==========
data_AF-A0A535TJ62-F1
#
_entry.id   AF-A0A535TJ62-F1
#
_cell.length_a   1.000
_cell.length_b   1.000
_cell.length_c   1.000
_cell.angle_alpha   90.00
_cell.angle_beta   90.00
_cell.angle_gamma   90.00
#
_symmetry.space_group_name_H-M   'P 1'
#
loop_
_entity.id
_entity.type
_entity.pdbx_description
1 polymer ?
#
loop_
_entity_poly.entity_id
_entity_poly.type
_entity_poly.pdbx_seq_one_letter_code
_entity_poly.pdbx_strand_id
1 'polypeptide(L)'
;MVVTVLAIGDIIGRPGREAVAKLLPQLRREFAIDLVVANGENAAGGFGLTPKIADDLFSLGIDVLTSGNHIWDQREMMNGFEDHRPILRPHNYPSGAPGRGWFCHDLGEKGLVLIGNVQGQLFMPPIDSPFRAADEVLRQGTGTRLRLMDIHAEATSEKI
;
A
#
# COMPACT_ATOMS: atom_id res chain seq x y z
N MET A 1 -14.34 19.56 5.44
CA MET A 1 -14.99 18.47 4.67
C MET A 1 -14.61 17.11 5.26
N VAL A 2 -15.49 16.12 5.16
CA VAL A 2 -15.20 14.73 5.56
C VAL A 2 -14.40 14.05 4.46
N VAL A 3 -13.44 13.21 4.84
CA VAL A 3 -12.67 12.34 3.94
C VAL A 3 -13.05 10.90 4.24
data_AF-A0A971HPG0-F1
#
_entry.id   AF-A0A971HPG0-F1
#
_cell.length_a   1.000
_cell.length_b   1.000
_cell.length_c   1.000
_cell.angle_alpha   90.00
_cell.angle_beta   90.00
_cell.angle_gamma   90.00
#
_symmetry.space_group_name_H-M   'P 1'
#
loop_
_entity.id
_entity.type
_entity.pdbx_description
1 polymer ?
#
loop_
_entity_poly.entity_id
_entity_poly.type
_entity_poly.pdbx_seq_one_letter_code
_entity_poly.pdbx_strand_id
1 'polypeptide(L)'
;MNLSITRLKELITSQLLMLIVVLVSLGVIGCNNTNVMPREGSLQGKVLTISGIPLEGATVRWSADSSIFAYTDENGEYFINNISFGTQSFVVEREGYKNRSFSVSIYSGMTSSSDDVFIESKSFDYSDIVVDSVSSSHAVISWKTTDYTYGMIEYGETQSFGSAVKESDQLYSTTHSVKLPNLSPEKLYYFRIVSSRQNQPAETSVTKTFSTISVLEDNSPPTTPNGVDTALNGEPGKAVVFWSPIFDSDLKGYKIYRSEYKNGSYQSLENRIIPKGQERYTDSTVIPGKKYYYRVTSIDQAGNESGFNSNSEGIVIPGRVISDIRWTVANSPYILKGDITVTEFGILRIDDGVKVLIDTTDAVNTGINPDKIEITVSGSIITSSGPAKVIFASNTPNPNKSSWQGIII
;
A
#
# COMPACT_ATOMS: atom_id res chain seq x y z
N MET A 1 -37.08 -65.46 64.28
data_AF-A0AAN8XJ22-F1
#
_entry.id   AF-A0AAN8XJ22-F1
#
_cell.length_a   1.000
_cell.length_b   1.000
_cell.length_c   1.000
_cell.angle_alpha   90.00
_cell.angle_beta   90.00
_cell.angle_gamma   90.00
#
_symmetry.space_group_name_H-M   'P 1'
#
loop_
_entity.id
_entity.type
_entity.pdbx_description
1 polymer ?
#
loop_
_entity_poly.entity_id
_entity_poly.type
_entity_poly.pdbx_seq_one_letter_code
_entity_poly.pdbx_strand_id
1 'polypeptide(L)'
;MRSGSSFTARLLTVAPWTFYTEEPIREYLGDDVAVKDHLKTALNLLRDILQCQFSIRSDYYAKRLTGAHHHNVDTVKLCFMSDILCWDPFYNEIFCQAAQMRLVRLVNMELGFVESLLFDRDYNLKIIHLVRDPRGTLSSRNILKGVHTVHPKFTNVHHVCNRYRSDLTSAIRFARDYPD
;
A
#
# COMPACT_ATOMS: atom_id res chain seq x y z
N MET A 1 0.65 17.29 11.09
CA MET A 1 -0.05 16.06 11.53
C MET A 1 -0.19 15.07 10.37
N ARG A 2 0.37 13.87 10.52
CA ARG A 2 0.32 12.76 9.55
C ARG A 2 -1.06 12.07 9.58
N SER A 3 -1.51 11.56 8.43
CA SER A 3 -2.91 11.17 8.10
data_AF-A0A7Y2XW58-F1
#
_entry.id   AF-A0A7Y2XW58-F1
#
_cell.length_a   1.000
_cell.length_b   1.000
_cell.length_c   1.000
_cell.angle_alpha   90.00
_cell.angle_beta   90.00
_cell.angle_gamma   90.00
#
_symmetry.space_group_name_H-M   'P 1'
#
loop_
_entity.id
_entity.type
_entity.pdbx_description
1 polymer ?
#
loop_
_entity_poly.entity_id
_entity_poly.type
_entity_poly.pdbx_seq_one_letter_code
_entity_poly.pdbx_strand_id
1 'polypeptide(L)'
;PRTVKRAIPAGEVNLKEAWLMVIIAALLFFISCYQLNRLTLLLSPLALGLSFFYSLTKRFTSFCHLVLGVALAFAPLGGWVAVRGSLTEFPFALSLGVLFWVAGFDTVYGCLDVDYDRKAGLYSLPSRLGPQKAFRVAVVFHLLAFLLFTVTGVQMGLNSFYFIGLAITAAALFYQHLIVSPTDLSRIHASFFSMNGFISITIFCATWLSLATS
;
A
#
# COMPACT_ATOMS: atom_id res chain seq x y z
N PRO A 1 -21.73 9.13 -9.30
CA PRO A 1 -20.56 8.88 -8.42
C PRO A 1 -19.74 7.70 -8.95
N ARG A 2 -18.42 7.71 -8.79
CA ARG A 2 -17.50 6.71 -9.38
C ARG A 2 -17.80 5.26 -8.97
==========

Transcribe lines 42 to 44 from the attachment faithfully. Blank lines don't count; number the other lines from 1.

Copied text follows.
_entry.id   AF-A0A971HPG0-F1
#
_cell.length_a   1.000